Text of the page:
Agriculture is very much a part of the East Kootenay region, and with that in mind, the RDEK had a chance to review a draft report for an agricultural plan on Thursday.
Presented by Dave Struthers of VAST Resource Solutions Inc, the report detailed recommendations that included enhancing institutional support for agriculture, improving the economic viability of agriculture, encouraging agriculture on Agriculture Land, increasing public knowledge and support of agriculture and setting up a regional agri-food system strategy.
“There’s some very solid recommendations in the plan and it’ll move now to the public and come back to the board in probably a month,” said Area C director Rob Gay.
“…I don’t know if there’s many surprises in it. I think we all realize that that industry struggled over the last few years. The largest portion of producers in our area are beef-operators and I think the last two years — and I’m hoping this year — that prices have finally come up, but for a long time, prices were low. So low, in fact, that many people cut back on the size of their herds and the crown land leases were vacant for a few years.”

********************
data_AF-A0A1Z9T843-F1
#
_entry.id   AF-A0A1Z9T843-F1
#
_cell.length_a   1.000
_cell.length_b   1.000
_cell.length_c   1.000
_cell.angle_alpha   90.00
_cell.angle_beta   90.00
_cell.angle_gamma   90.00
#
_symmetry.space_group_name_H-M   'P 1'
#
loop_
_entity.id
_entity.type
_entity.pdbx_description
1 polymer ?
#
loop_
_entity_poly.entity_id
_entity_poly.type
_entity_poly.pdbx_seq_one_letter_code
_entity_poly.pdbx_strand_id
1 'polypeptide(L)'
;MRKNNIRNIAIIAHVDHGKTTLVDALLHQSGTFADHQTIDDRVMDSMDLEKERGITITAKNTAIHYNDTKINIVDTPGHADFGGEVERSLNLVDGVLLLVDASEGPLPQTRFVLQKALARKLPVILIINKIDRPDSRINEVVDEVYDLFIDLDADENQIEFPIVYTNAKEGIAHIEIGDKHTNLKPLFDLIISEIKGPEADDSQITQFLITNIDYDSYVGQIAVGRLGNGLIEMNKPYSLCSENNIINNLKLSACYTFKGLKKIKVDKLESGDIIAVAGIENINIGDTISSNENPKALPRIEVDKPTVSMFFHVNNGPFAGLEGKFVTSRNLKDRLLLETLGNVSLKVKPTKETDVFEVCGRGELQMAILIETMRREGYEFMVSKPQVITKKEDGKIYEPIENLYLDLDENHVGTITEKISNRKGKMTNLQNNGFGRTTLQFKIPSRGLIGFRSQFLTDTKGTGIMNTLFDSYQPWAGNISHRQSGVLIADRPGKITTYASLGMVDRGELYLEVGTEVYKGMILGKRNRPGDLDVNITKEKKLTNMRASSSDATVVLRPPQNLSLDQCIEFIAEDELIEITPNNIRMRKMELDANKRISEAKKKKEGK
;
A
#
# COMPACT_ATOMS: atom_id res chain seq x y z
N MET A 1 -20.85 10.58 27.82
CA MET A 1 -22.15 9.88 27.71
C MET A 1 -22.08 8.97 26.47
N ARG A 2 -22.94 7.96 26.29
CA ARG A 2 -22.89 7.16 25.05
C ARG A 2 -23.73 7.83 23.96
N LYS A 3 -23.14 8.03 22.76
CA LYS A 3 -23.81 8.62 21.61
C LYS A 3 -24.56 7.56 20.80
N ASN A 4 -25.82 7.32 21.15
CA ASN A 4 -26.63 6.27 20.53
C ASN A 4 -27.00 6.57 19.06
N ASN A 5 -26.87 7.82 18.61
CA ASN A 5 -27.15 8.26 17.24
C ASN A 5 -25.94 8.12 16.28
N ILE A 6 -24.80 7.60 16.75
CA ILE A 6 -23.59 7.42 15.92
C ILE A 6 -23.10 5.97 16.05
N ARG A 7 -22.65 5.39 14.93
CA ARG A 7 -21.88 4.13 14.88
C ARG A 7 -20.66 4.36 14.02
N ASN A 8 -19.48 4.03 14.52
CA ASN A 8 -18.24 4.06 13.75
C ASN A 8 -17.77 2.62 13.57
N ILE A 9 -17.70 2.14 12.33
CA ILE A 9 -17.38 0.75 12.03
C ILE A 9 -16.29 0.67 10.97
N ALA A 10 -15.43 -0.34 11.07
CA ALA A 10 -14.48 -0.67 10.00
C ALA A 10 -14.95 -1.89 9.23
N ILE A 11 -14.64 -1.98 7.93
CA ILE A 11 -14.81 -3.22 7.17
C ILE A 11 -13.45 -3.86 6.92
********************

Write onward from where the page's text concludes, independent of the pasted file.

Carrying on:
Hiring a agricultural liaison officer — someone who can navigate regulations and support agricultural initiatives in the region — was also one of the recommendations.
“One of the big recommendations was a agriculture advisory person, because many people like to try a different crop or a different way to raise animals or the latest in the technology around it and they don’t have access to that information,” Gay said.
“In the past, the Ministry of Agriculture used to have these liaison officers that would work one-on-one with a rancher or farmer, but they don’t exist any more, so the report is suggesting that we find some funds and hire someone to do the work, so that’s something we’ll have to take very seriously.”
Other issues identified in the report include succession plans, as Gay added that young people are leaving family ranching and farming operations because of the uncertain financial returns and the economic instability around the agriculture industry.
Farmers are also getting creative in growing different kinds of crops, which can run into restrictive regulatory problems, Gay continued.
The agriculture plan is not intended to result in new regulations or review boundaries of the Agricultural Land Reserve.
The public has up to September 24 to provide comment or feedback on the plan. A public meeting will be held at the Jaffray Community Hall on Monday, Sept. 8 from 7-9 p.m. to present the plan.